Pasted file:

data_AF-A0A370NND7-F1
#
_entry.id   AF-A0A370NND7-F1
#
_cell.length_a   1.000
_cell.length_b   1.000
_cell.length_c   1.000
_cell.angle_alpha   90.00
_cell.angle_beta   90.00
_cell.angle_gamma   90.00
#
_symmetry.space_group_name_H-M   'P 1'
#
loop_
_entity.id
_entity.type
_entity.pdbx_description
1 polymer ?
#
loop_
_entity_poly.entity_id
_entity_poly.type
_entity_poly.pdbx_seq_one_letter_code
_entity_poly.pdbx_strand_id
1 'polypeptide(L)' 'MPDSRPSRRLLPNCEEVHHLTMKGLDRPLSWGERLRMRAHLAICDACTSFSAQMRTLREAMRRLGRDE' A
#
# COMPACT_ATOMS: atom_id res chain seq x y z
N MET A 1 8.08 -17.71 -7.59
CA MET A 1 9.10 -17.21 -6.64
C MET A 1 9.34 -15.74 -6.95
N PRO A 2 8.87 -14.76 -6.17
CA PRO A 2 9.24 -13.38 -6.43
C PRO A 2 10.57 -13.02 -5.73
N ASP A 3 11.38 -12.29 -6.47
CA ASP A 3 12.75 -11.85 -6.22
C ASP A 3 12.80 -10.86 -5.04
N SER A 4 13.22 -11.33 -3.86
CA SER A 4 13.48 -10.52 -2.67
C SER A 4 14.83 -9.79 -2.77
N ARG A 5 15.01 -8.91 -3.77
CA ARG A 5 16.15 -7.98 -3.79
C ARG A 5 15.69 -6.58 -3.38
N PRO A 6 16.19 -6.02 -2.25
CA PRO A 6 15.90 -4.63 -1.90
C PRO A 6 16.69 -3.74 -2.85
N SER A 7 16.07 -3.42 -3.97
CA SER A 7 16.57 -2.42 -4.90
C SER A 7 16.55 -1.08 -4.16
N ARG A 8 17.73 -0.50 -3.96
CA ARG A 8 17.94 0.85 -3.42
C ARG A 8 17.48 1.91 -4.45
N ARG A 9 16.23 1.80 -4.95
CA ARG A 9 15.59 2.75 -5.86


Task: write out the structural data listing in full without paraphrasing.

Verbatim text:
data_AF-A0A370NND7-F1
#
_entry.id   AF-A0A370NND7-F1
#
_cell.length_a   1.000
_cell.length_b   1.000
_cell.length_c   1.000
_cell.angle_alpha   90.00
_cell.angle_beta   90.00
_cell.angle_gamma   90.00
#
_symmetry.space_group_name_H-M   'P 1'
#
loop_
_entity.id
_entity.type
_entity.pdbx_description
1 polymer ?
#
loop_
_entity_poly.entity_id
_entity_poly.type
_entity_poly.pdbx_seq_one_letter_code
_entity_poly.pdbx_strand_id
1 'polypeptide(L)' 'MPDSRPSRRLLPNCEEVHHLTMKGLDRPLSWGERLRMRAHLAICDACTSFSAQMRTLREAMRRLGRDE' A
#
# COMPACT_ATOMS: atom_id res chain seq x y z
N MET A 1 8.08 -17.71 -7.59
CA MET A 1 9.10 -17.21 -6.64
C MET A 1 9.34 -15.74 -6.95
N PRO A 2 8.87 -14.76 -6.17
CA PRO A 2 9.24 -13.38 -6.43
C PRO A 2 10.57 -13.02 -5.73
N ASP A 3 11.38 -12.29 -6.47
CA ASP A 3 12.75 -11.85 -6.22
C ASP A 3 12.80 -10.86 -5.04
N SER A 4 13.22 -11.33 -3.86
CA SER A 4 13.48 -10.52 -2.67
C SER A 4 14.83 -9.79 -2.77
N ARG A 5 15.01 -8.91 -3.77
CA ARG A 5 16.15 -7.98 -3.79
C ARG A 5 15.69 -6.58 -3.38
N PRO A 6 16.19 -6.02 -2.25
CA PRO A 6 15.90 -4.63 -1.90
C PRO A 6 16.69 -3.74 -2.85
N SER A 7 16.07 -3.42 -3.97
CA SER A 7 16.57 -2.42 -4.90
C SER A 7 16.55 -1.08 -4.16
N ARG A 8 17.73 -0.50 -3.96
CA ARG A 8 17.94 0.85 -3.42
C ARG A 8 17.48 1.91 -4.45
N ARG A 9 16.23 1.80 -4.95
CA ARG A 9 15.59 2.75 -5.86